Because planks alone aren't enough sometimes.
I was calling myself a sandwich artist long before Jared began waving his massive slacks in our faces on national television. I didn’t work for Subway; I worked in a different sandwich purveyor that shall remain unnamed. Suffice to say, it was the type of place that was located in a gas station, with ancient rotating wieners on display like meat trophies in the front window.
I’ve always had a passion for sandwiches. I would lovingly craft artisanal reubens in my parents’ kitchen with leftover cold cuts and a mélange of condiments. This was long before the concept of $10, locally-sourced sammies made their way into the mainstream. I believed I was on to some next-level shit.
So when I found out I could make more than minimum wage concocting hoagies and breakfast sandwiches in between college classes, I jumped at the chance. This was my calling.
While my official hours were 6AM until 2PM every Saturday and Sunday, I’d often end up covering for the afternoon guy, who sometimes didn’t roll up until 5PM or so. I was typically hungover and would chug coffee until 10AM, then switch over to Code Red Mountain Dew. It’s a wonder I still have teeth and basic cognitive brain functions.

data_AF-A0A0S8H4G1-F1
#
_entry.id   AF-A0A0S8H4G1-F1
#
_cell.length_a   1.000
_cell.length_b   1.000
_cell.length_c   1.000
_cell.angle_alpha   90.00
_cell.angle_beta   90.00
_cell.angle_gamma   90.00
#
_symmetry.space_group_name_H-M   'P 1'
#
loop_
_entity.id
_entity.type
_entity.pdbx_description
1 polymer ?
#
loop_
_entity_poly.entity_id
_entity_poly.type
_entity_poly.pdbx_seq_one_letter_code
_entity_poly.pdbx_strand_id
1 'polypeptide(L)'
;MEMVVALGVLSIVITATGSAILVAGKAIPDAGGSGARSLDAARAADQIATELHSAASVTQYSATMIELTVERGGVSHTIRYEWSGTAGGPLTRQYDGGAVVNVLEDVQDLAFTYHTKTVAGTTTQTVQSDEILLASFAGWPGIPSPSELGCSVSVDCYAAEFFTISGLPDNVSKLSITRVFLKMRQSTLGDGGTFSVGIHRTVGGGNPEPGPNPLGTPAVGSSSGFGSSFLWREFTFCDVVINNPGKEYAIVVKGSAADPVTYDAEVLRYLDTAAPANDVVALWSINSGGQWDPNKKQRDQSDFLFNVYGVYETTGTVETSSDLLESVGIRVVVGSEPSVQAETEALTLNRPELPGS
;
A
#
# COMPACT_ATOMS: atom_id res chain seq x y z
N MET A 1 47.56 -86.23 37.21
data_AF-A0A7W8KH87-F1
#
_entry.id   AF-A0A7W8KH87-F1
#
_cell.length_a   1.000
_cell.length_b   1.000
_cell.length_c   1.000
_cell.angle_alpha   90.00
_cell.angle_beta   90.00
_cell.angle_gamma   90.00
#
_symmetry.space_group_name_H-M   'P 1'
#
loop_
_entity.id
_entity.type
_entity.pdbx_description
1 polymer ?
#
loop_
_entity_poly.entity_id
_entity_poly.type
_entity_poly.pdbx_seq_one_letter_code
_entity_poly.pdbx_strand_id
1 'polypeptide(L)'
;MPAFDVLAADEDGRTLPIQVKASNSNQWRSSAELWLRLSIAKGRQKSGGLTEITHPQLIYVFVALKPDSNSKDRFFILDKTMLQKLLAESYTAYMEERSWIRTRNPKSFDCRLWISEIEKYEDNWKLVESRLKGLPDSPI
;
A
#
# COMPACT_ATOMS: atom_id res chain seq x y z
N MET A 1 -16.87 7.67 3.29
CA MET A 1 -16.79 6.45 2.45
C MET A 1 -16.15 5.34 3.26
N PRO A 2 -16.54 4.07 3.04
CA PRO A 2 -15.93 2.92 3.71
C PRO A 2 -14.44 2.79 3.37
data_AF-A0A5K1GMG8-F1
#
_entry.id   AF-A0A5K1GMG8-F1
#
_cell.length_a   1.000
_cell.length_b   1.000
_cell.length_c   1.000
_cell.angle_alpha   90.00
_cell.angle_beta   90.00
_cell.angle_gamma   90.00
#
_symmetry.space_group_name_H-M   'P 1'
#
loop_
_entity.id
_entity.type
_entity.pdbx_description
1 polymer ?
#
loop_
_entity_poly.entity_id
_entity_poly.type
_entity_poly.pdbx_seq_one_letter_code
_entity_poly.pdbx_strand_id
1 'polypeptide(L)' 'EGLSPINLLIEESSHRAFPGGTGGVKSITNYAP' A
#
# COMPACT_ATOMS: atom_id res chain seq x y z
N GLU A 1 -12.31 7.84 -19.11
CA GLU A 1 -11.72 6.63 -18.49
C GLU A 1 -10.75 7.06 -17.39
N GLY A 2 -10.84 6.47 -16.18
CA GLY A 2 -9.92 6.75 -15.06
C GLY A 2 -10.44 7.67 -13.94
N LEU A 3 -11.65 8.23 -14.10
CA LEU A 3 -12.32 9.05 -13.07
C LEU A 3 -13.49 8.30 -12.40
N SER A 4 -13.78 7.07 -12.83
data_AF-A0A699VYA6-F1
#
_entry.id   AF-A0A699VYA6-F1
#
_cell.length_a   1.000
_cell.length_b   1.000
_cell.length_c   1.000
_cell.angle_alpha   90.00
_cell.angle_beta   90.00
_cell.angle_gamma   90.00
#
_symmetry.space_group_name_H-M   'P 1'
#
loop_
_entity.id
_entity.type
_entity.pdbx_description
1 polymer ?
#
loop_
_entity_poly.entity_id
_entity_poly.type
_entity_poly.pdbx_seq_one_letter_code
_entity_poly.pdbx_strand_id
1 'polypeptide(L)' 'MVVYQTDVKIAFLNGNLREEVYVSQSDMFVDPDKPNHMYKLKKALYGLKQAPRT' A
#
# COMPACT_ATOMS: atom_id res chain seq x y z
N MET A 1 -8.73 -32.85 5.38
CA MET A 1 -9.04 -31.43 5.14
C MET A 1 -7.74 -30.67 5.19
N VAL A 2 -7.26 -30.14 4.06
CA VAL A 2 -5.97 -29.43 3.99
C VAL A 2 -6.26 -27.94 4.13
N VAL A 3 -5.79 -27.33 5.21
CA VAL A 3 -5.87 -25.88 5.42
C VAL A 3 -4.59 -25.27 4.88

My uniform, comprised of pukey khakis, a thick green apron and a too-big baseball cap, was perpetually coated in deep-fryer oil because part of my job included making french fries. The fryer machine thing was finicky, so I’d often get splashed with hot oil in the face. But it was a small price to pay for access to an endless tray of fries, which I treated as my own personal feedbag.
When I’d arrive at 6AM, the party was usually winding down from the night before. It wasn’t unusual for the night crew to sneak in a 30-pack of beer to pass the time and sporadic Bowling for Soup dance parties to happen before the dayshift manager came in at nine. It was pretty much something out a of a Kevin Smith movie.
Prior to my job at the gas station sandwich shack, I had a job at a now-defunct and equally squalid supermarket chain for a few years, so I already knew how to handle some whack-ass clientele. But something strange happens when you're making a person's food in front of them. I’d get unsolicited advice, job offers and a bevy of compliments from men of all ages. Are dudes legitimately turned-on by the scent of deep-fryer oil mixed with oregano? If so, I was clearly on to something.
In any customer service situation, kindness, thoughtfulness and a sense of humor can go a long way. The same was true in my time as a sandwich artist. These are a few of the situations that I was faced with and subsequently bitched about in my Livejournal.
This isn't your opportunity to get intimate with your sandwich artist. This is your opportunity to get a sandwich.
Yes, I'm building a sandwich, not a nuclear missile. But if you're chatting incessantly and in such a way that requires my opinion about your puppy's sweater (which I am 100% interested in, but so help me god, now is not the time), I'm probably going to absent-mindedly slop on too much mayo and ruin everything. And then it'll get weirder, because we were friends a second ago, and now I'm the asshole who ruined your sandwich.